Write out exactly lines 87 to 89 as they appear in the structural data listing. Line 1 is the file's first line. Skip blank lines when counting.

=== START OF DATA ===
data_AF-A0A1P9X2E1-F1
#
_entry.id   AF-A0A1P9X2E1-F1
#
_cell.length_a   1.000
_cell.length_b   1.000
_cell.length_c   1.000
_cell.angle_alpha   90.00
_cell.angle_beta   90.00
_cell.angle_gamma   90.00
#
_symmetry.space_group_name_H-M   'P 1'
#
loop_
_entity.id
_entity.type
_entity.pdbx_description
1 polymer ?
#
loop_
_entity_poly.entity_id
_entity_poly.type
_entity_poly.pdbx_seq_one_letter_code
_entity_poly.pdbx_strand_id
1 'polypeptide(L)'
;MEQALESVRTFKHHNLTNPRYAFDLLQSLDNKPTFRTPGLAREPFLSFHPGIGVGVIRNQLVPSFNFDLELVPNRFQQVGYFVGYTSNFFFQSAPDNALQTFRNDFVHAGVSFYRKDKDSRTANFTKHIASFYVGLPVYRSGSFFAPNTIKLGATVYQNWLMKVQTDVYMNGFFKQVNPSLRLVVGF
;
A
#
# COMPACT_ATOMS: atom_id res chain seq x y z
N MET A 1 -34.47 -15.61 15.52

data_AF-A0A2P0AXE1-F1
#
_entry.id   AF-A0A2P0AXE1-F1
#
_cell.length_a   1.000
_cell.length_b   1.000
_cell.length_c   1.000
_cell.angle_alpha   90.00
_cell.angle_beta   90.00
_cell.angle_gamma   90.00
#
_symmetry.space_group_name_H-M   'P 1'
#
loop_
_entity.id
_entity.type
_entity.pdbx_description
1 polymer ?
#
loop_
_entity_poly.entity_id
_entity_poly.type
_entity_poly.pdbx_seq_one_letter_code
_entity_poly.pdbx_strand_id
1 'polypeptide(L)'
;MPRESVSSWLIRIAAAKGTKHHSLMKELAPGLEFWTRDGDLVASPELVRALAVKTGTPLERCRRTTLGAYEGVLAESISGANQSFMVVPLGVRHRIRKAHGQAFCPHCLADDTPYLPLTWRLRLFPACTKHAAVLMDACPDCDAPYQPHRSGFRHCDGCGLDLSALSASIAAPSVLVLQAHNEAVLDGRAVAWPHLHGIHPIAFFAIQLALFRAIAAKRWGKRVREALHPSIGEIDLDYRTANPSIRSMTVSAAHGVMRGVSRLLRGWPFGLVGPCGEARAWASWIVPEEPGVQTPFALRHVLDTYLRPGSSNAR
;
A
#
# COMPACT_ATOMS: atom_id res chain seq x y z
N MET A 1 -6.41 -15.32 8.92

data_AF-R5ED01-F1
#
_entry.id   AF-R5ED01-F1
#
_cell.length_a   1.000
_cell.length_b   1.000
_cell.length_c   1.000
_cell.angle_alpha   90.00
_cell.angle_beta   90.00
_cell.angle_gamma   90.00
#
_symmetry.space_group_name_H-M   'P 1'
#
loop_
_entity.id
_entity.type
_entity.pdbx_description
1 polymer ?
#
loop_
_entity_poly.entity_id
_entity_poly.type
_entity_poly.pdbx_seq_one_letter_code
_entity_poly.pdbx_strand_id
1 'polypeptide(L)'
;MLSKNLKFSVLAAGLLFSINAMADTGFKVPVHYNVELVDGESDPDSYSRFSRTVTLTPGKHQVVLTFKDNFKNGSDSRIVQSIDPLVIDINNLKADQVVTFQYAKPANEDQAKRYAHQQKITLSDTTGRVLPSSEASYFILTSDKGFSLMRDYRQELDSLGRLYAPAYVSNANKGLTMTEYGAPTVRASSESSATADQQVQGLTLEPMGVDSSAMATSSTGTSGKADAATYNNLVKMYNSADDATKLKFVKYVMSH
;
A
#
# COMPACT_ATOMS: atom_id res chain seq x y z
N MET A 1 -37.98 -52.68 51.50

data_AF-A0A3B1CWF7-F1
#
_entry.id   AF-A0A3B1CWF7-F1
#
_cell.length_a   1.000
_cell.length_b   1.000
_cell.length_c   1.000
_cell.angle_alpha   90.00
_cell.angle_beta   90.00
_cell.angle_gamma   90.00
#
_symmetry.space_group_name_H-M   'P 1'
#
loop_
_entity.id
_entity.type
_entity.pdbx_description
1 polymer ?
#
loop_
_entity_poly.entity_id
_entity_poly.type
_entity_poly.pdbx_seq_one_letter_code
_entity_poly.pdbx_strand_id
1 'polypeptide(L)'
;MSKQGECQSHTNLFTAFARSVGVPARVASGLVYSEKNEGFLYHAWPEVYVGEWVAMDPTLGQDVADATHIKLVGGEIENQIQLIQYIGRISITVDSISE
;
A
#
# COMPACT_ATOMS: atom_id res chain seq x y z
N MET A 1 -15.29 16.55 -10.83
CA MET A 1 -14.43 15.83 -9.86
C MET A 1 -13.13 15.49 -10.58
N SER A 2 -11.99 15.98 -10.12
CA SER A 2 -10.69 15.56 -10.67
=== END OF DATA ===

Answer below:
1 'polypeptide(L)'
;MLSKNLKFSVLAAGLLFSINAMADTGFKVPVHYNVELVDGESDPDSYSRFSRTVTLTPGKHQVVLTFKDNFKNGSDSRIVQSIDPLVIDINNLKADQVVTFQYAKPANEDQAKRYAHQQKITLSDTTGRVLPSSEASYFILTSDKGFSLMRDYRQELDSLGRLYAPAYVSNANKGLTMTEYGAPTVRASSESSATADQQVQGLTLEPMGVDSSAMATSSTGTSGKADAATYNNLVKMYNSADDATKLKFVKYVMSH
;